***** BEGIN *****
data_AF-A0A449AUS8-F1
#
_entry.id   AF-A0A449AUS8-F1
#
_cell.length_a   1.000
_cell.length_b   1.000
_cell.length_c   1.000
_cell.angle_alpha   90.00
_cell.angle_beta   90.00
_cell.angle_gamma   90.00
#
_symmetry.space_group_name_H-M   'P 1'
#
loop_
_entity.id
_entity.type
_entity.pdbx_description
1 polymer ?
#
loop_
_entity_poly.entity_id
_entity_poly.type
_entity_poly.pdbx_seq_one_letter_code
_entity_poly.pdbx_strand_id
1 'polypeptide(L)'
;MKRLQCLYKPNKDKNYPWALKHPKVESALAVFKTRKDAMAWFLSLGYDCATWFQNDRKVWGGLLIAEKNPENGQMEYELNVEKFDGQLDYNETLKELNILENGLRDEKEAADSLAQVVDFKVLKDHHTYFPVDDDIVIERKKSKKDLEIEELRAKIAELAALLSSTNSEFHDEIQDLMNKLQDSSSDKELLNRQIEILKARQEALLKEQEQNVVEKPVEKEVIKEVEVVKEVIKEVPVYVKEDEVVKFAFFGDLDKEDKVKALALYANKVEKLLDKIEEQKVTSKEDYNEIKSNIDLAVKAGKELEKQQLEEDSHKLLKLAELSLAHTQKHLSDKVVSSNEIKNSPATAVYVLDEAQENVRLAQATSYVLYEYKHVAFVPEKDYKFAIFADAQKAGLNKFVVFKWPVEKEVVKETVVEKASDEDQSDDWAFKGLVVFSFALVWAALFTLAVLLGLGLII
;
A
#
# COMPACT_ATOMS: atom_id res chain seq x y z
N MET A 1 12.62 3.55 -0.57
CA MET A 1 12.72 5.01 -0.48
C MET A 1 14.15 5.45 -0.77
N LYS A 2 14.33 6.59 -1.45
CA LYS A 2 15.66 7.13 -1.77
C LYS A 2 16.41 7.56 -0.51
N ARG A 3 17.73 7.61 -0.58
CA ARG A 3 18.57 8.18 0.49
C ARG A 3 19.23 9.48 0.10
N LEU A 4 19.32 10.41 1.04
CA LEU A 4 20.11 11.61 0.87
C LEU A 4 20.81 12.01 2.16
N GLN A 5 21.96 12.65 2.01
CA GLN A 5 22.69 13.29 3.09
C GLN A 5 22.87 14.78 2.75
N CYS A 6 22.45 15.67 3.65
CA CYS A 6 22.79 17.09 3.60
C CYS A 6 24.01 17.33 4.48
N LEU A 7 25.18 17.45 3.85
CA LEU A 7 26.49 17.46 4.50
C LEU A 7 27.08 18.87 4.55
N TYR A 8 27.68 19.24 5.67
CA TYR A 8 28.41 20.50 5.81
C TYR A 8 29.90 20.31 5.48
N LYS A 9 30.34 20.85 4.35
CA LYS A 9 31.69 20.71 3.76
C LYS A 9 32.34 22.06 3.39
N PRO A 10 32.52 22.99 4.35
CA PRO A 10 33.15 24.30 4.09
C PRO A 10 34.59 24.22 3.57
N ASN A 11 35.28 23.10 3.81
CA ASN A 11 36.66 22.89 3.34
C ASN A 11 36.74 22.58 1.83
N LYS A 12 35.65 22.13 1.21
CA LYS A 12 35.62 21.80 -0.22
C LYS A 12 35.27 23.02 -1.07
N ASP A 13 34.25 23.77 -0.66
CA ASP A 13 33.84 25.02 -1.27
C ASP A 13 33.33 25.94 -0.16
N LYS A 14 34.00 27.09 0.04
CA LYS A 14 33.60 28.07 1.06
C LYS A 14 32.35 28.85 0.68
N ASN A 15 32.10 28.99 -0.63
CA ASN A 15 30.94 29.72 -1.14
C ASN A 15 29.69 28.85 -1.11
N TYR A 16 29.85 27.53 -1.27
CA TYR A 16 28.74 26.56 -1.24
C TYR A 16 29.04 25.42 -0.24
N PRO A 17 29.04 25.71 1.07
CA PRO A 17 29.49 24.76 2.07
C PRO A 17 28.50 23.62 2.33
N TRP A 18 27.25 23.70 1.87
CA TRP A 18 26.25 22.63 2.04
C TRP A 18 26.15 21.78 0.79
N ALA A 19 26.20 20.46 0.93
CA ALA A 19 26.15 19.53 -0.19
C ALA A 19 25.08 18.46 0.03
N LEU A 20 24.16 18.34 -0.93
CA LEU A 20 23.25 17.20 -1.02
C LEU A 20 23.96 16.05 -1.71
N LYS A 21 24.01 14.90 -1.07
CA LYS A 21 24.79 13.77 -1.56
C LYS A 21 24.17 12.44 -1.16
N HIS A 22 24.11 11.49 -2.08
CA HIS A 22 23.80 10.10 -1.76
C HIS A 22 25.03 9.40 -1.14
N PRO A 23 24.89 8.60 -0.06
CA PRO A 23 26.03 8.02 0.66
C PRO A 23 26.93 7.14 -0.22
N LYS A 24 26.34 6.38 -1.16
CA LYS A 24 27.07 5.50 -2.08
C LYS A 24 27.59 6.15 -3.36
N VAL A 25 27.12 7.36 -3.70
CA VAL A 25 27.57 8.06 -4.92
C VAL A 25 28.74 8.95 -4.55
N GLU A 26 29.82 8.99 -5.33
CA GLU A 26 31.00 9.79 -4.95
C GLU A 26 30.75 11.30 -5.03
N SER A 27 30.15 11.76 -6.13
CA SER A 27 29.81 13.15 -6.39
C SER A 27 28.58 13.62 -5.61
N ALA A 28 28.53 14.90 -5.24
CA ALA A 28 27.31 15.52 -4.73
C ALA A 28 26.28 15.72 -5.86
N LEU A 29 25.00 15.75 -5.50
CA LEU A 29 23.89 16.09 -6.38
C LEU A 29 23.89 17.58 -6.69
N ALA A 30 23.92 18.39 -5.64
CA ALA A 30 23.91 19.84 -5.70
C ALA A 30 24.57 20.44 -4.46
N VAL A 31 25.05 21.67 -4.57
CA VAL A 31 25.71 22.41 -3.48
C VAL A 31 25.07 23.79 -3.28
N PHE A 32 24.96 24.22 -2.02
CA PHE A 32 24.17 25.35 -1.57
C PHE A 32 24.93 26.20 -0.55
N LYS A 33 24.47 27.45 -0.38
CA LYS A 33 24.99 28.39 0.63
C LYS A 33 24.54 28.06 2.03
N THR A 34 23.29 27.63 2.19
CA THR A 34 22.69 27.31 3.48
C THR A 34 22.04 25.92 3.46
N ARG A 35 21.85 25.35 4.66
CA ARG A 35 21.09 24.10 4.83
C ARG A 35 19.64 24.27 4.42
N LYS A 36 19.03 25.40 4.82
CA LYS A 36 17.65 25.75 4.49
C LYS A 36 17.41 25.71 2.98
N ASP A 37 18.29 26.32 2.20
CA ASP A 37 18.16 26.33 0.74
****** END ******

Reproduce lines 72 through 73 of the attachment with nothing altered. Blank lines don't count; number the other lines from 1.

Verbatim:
C LYS A 14 32.35 28.85 0.68
N ASN A 15 32.10 28.99 -0.63